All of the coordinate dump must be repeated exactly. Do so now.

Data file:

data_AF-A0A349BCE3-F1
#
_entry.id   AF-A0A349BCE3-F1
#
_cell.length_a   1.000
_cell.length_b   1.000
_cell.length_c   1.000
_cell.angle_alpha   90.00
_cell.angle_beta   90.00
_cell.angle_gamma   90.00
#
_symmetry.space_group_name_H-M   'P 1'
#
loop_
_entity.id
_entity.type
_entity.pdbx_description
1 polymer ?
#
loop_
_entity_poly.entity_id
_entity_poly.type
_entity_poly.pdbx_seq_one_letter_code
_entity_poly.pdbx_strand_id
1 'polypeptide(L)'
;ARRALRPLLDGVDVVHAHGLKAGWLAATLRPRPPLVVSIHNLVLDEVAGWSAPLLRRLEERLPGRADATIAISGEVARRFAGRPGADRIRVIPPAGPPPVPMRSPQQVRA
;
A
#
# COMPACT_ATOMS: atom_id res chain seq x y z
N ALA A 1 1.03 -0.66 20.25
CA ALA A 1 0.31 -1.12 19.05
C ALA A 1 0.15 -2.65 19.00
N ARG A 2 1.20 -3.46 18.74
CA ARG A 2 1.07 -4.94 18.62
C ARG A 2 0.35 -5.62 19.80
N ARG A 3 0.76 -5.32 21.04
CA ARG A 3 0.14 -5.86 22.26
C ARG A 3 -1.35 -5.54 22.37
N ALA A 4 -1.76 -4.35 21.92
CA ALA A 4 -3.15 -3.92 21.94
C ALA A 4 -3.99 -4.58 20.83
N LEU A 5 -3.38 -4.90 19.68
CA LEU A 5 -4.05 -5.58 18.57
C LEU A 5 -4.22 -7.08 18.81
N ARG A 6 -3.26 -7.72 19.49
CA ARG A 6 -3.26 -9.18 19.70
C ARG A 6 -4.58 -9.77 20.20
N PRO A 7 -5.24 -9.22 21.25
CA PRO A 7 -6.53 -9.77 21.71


data_AF-A0A349BCE3-F1
#
_entry.id   AF-A0A349BCE3-F1
#
_cell.length_a   1.000
_cell.length_b   1.000
_cell.length_c   1.000
_cell.angle_alpha   90.00
_cell.angle_beta   90.00
_cell.angle_gamma   90.00
#
_symmetry.space_group_name_H-M   'P 1'
#
loop_
_entity.id
_entity.type
_entity.pdbx_description
1 polymer ?
#
loop_
_entity_poly.entity_id
_entity_poly.type
_entity_poly.pdbx_seq_one_letter_code
_entity_poly.pdbx_strand_id
1 'polypeptide(L)'
;ARRALRPLLDGVDVVHAHGLKAGWLAATLRPRPPLVVSIHNLVLDEVAGWSAPLLRRLEERLPGRADATIAISGEVARRFAGRPGADRIRVIPPAGPPPVPMRSPQQVRA
;
A
#
# COMPACT_ATOMS: atom_id res chain seq x y z
N ALA A 1 1.03 -0.66 20.25
CA ALA A 1 0.31 -1.12 19.05
C ALA A 1 0.15 -2.65 19.00
N ARG A 2 1.20 -3.46 18.74
CA ARG A 2 1.07 -4.94 18.62
C ARG A 2 0.35 -5.62 19.80
N ARG A 3 0.76 -5.32 21.04
CA ARG A 3 0.14 -5.86 22.26
C ARG A 3 -1.35 -5.54 22.37
N ALA A 4 -1.76 -4.35 21.92
CA ALA A 4 -3.15 -3.92 21.94
C ALA A 4 -3.99 -4.58 20.83
N LEU A 5 -3.38 -4.90 19.68
CA LEU A 5 -4.05 -5.58 18.57
C LEU A 5 -4.22 -7.08 18.81
N ARG A 6 -3.26 -7.72 19.49
CA ARG A 6 -3.26 -9.18 19.70
C ARG A 6 -4.58 -9.77 20.20
N PRO A 7 -5.24 -9.22 21.25
CA PRO A 7 -6.53 -9.77 21.71